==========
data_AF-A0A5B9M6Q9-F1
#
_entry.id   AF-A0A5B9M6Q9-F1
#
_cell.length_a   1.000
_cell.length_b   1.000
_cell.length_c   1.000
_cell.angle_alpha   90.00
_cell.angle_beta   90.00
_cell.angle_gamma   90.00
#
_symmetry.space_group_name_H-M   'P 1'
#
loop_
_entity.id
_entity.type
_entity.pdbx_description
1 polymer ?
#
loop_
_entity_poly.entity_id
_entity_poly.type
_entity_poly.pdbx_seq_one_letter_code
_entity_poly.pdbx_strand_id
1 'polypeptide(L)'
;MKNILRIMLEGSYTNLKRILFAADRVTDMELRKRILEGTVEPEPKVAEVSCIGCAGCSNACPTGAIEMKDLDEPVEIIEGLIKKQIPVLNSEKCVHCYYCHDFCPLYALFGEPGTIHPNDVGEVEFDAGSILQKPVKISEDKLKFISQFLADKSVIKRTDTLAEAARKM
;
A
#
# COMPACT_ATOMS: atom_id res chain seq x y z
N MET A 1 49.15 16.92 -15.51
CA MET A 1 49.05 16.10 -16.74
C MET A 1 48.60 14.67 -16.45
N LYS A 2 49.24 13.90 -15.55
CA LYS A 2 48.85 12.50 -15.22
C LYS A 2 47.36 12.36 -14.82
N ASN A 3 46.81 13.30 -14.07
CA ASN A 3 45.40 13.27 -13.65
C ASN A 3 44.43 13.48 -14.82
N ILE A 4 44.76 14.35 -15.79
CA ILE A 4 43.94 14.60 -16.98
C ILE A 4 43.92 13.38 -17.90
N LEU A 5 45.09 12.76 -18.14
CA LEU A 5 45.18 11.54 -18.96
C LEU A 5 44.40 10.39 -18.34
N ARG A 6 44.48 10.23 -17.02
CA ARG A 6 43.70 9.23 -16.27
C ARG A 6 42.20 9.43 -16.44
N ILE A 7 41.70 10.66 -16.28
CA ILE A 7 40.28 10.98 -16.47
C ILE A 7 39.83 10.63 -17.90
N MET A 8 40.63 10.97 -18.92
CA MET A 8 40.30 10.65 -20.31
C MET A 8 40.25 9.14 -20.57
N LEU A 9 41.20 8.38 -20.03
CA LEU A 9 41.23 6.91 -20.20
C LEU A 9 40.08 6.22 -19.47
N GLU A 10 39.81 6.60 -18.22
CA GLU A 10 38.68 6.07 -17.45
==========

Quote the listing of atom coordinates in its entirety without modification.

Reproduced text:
data_AF-A0A5B9M6Q9-F1
#
_entry.id   AF-A0A5B9M6Q9-F1
#
_cell.length_a   1.000
_cell.length_b   1.000
_cell.length_c   1.000
_cell.angle_alpha   90.00
_cell.angle_beta   90.00
_cell.angle_gamma   90.00
#
_symmetry.space_group_name_H-M   'P 1'
#
loop_
_entity.id
_entity.type
_entity.pdbx_description
1 polymer ?
#
loop_
_entity_poly.entity_id
_entity_poly.type
_entity_poly.pdbx_seq_one_letter_code
_entity_poly.pdbx_strand_id
1 'polypeptide(L)'
;MKNILRIMLEGSYTNLKRILFAADRVTDMELRKRILEGTVEPEPKVAEVSCIGCAGCSNACPTGAIEMKDLDEPVEIIEGLIKKQIPVLNSEKCVHCYYCHDFCPLYALFGEPGTIHPNDVGEVEFDAGSILQKPVKISEDKLKFISQFLADKSVIKRTDTLAEAARKM
;
A
#
# COMPACT_ATOMS: atom_id res chain seq x y z
N MET A 1 49.15 16.92 -15.51
CA MET A 1 49.05 16.10 -16.74
C MET A 1 48.60 14.67 -16.45
N LYS A 2 49.24 13.90 -15.55
CA LYS A 2 48.85 12.50 -15.22
C LYS A 2 47.36 12.36 -14.82
N ASN A 3 46.81 13.30 -14.07
CA ASN A 3 45.40 13.27 -13.65
C ASN A 3 44.43 13.48 -14.82
N ILE A 4 44.76 14.35 -15.79
CA ILE A 4 43.94 14.60 -16.98
C ILE A 4 43.92 13.38 -17.90
N LEU A 5 45.09 12.76 -18.14
CA LEU A 5 45.18 11.54 -18.96
C LEU A 5 44.40 10.39 -18.34
N ARG A 6 44.48 10.23 -17.02
CA ARG A 6 43.70 9.23 -16.27
C ARG A 6 42.20 9.43 -16.44
N ILE A 7 41.70 10.66 -16.28
CA ILE A 7 40.28 10.98 -16.47
C ILE A 7 39.83 10.63 -17.90
N MET A 8 40.63 10.97 -18.92
CA MET A 8 40.30 10.65 -20.31
C MET A 8 40.25 9.14 -20.57
N LEU A 9 41.20 8.38 -20.03
CA LEU A 9 41.23 6.91 -20.20
C LEU A 9 40.08 6.22 -19.47
N GLU A 10 39.81 6.60 -18.22
CA GLU A 10 38.68 6.07 -17.45